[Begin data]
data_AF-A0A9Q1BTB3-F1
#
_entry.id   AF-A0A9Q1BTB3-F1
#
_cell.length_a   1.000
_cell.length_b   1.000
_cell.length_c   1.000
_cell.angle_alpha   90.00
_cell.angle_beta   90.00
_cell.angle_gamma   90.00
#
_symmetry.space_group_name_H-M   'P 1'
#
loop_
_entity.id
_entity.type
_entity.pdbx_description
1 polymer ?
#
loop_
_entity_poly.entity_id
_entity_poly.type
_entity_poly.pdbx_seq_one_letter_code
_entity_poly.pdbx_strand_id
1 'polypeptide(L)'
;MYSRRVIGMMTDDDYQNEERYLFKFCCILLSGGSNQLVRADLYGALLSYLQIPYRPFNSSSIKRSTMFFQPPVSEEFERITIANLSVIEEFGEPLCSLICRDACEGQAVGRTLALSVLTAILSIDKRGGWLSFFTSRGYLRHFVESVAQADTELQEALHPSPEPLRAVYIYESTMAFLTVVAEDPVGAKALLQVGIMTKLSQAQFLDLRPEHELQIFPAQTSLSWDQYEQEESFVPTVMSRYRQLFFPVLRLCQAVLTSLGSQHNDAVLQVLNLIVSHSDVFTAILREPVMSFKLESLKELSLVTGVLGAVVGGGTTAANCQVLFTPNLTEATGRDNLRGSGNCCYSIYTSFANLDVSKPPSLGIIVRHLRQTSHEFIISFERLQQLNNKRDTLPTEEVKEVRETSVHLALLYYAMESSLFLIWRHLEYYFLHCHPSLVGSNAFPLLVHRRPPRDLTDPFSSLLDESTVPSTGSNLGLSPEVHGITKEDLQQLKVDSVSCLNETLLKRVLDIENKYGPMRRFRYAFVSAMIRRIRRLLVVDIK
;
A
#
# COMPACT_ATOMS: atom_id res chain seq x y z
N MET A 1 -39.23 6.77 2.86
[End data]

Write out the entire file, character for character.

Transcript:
data_AF-A0A9Q1BTB3-F1
#
_entry.id   AF-A0A9Q1BTB3-F1
#
_cell.length_a   1.000
_cell.length_b   1.000
_cell.length_c   1.000
_cell.angle_alpha   90.00
_cell.angle_beta   90.00
_cell.angle_gamma   90.00
#
_symmetry.space_group_name_H-M   'P 1'
#
loop_
_entity.id
_entity.type
_entity.pdbx_description
1 polymer ?
#
loop_
_entity_poly.entity_id
_entity_poly.type
_entity_poly.pdbx_seq_one_letter_code
_entity_poly.pdbx_strand_id
1 'polypeptide(L)'
;MYSRRVIGMMTDDDYQNEERYLFKFCCILLSGGSNQLVRADLYGALLSYLQIPYRPFNSSSIKRSTMFFQPPVSEEFERITIANLSVIEEFGEPLCSLICRDACEGQAVGRTLALSVLTAILSIDKRGGWLSFFTSRGYLRHFVESVAQADTELQEALHPSPEPLRAVYIYESTMAFLTVVAEDPVGAKALLQVGIMTKLSQAQFLDLRPEHELQIFPAQTSLSWDQYEQEESFVPTVMSRYRQLFFPVLRLCQAVLTSLGSQHNDAVLQVLNLIVSHSDVFTAILREPVMSFKLESLKELSLVTGVLGAVVGGGTTAANCQVLFTPNLTEATGRDNLRGSGNCCYSIYTSFANLDVSKPPSLGIIVRHLRQTSHEFIISFERLQQLNNKRDTLPTEEVKEVRETSVHLALLYYAMESSLFLIWRHLEYYFLHCHPSLVGSNAFPLLVHRRPPRDLTDPFSSLLDESTVPSTGSNLGLSPEVHGITKEDLQQLKVDSVSCLNETLLKRVLDIENKYGPMRRFRYAFVSAMIRRIRRLLVVDIK
;
A
#
# COMPACT_ATOMS: atom_id res chain seq x y z
N MET A 1 -39.23 6.77 2.86